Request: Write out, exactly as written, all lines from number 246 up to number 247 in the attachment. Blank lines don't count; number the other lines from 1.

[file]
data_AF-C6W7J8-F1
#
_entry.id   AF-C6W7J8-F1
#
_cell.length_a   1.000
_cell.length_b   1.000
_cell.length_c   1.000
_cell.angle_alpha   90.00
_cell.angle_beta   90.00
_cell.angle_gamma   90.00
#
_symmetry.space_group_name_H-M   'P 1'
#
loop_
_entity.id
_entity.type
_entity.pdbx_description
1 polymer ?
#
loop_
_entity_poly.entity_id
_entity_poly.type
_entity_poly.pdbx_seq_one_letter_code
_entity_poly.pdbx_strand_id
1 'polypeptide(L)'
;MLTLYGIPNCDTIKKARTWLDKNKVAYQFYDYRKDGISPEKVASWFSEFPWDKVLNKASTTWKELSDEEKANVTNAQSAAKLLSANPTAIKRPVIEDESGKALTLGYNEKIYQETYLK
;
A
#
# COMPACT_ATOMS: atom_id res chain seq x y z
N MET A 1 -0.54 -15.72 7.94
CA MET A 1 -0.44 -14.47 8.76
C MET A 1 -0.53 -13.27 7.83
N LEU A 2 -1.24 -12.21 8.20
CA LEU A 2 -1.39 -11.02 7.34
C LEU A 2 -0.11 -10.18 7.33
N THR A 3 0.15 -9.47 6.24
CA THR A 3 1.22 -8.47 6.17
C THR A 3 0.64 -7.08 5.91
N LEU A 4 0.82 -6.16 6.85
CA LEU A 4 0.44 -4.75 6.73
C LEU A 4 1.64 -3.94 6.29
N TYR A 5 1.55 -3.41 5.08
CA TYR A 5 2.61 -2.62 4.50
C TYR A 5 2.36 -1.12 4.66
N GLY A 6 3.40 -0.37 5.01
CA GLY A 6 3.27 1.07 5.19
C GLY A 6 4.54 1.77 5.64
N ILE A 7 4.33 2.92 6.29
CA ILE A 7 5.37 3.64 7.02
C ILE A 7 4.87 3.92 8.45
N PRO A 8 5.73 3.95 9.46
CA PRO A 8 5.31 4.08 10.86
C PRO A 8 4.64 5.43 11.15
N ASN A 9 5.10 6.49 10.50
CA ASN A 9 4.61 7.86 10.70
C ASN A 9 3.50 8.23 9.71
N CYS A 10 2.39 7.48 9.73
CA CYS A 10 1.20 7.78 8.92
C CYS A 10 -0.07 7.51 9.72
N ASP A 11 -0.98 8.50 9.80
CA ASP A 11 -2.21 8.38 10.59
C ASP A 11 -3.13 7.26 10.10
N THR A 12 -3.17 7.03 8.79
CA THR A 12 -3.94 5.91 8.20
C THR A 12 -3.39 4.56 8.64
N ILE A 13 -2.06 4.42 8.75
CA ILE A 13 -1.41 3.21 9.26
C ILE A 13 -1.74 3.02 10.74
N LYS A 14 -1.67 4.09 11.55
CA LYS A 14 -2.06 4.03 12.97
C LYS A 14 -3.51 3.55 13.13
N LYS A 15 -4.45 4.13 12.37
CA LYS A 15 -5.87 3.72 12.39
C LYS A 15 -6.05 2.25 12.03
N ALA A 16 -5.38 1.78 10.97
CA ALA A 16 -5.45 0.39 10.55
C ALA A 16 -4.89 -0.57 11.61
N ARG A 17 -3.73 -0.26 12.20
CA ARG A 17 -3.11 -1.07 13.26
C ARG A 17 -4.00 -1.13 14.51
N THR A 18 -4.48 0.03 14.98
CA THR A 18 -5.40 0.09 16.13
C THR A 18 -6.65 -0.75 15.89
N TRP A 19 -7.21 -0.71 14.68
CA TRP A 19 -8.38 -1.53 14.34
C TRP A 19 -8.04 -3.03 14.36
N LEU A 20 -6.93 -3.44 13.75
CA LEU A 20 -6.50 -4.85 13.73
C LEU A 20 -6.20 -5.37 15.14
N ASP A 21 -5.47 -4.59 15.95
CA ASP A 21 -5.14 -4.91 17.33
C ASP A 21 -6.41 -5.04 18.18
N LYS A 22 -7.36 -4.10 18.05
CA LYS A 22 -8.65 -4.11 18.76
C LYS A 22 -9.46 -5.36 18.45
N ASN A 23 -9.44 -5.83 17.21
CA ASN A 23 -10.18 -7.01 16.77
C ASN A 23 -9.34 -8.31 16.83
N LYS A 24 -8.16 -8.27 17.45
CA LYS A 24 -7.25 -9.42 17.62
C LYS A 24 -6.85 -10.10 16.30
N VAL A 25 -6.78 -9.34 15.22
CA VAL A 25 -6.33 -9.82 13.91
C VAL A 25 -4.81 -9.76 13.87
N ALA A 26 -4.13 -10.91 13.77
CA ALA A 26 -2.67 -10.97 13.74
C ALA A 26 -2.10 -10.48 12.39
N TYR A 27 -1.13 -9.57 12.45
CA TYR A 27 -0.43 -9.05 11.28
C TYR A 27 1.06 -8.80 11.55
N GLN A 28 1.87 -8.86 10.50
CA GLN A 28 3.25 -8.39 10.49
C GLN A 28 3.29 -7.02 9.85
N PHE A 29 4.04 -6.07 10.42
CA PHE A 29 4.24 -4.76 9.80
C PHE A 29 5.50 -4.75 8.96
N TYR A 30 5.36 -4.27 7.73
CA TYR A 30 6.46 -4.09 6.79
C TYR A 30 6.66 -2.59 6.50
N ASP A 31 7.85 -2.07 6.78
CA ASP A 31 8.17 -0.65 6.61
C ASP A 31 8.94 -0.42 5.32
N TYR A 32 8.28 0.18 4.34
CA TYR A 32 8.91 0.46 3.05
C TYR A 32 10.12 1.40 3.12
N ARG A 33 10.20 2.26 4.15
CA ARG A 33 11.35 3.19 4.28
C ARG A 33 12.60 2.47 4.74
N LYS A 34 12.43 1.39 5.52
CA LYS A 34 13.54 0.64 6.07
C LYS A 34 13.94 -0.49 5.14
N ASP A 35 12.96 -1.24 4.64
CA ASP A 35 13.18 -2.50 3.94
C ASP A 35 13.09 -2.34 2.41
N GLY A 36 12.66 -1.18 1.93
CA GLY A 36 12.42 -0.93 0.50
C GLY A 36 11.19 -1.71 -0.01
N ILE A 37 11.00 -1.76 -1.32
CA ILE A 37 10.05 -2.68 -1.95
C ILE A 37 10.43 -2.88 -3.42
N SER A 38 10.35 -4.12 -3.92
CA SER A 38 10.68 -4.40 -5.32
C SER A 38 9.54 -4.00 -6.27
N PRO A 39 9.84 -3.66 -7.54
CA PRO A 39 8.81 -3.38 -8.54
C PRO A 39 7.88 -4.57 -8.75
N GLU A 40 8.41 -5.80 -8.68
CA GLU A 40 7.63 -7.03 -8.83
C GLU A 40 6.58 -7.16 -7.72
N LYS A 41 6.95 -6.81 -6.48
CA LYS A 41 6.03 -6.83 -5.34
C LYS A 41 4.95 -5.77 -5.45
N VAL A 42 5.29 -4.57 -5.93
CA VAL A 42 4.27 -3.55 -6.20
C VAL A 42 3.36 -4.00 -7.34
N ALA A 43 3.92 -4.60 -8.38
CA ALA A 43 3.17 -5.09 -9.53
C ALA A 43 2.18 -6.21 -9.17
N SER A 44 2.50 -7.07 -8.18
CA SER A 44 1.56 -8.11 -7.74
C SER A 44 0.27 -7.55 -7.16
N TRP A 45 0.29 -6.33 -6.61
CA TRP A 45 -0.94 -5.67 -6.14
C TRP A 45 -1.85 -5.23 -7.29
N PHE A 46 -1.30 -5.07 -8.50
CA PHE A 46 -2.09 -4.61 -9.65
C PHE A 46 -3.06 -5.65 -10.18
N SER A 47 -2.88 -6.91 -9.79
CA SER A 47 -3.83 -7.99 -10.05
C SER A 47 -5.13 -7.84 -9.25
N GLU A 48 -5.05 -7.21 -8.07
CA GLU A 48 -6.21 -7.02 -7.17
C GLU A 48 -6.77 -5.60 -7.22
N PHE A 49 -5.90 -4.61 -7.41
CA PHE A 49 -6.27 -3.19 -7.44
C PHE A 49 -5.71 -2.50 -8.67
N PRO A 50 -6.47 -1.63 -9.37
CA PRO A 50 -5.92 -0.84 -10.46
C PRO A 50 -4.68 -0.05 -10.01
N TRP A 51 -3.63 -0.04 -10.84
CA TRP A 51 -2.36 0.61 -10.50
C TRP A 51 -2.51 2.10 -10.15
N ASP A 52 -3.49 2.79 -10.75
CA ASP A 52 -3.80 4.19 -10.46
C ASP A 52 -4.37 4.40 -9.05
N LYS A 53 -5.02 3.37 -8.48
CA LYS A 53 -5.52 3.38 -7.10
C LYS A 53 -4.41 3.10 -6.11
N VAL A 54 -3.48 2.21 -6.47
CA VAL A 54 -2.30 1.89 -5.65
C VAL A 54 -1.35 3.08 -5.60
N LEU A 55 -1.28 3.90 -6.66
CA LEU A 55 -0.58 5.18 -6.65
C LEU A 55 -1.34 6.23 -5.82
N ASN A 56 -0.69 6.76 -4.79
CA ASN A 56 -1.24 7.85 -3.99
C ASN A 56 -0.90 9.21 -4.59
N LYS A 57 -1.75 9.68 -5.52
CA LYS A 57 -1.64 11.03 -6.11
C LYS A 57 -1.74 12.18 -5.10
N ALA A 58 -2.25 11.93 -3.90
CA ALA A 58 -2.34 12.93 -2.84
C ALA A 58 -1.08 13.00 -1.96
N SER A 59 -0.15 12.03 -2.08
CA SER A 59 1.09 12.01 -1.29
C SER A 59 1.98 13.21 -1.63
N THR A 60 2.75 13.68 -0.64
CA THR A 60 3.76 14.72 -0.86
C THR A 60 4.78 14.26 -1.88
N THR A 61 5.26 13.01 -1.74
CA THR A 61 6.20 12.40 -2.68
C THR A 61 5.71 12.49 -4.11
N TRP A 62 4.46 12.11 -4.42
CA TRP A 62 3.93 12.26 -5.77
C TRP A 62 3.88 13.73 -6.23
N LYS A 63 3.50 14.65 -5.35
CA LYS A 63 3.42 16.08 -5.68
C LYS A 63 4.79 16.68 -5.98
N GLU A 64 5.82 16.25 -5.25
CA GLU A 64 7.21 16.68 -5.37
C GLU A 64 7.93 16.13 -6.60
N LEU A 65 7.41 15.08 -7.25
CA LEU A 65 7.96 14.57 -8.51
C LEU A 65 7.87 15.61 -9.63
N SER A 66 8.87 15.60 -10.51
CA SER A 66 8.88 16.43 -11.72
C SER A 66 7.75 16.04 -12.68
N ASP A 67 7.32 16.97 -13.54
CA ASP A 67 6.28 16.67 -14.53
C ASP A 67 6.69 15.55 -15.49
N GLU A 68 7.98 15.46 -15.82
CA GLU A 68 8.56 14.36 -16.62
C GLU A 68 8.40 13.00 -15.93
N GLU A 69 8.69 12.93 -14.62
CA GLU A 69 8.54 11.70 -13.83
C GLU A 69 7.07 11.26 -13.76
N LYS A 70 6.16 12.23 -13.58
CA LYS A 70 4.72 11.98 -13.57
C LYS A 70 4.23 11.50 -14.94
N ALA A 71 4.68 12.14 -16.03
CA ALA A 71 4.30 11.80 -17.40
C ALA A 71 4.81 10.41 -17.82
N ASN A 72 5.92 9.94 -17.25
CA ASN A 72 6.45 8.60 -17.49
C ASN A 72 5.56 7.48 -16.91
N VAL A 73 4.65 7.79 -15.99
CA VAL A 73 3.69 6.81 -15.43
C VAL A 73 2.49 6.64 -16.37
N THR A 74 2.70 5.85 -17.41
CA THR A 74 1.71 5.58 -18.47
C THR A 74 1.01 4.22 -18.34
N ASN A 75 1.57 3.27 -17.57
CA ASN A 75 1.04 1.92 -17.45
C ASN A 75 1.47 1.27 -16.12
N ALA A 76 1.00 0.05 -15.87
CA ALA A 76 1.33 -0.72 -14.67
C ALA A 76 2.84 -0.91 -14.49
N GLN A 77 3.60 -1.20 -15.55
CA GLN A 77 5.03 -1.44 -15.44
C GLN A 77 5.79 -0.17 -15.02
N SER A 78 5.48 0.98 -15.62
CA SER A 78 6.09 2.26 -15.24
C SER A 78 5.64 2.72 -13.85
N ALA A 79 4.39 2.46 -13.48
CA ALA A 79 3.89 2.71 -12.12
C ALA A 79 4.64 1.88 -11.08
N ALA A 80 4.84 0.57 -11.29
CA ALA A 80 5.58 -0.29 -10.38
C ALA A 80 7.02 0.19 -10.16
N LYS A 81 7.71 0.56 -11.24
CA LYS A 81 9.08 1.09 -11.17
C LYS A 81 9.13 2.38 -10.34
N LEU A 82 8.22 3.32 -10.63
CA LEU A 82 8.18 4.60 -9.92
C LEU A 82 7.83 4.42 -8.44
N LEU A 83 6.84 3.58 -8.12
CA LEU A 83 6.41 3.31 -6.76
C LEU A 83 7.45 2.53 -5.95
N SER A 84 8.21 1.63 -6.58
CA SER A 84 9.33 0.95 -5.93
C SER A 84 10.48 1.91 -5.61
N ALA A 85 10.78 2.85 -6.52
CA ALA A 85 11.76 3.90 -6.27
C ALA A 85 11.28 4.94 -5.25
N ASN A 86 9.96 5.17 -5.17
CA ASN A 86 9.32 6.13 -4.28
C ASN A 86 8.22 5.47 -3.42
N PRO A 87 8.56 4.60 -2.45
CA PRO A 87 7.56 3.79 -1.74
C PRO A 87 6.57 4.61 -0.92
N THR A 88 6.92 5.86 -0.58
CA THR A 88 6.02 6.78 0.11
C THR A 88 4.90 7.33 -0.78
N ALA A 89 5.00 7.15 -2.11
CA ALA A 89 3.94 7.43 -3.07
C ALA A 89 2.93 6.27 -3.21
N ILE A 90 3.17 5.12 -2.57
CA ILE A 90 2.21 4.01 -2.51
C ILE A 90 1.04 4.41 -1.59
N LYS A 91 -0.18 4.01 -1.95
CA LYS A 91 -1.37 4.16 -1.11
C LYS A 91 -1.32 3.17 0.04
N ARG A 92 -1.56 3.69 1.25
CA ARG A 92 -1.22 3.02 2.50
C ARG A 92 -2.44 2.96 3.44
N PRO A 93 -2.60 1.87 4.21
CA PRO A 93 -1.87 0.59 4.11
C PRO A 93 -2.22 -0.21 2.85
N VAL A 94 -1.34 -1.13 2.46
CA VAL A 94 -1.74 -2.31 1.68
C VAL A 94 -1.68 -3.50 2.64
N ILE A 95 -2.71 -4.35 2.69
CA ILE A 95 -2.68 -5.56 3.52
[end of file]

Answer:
C ASN A 72 5.56 7.48 -16.91
N VAL A 73 4.65 7.79 -15.99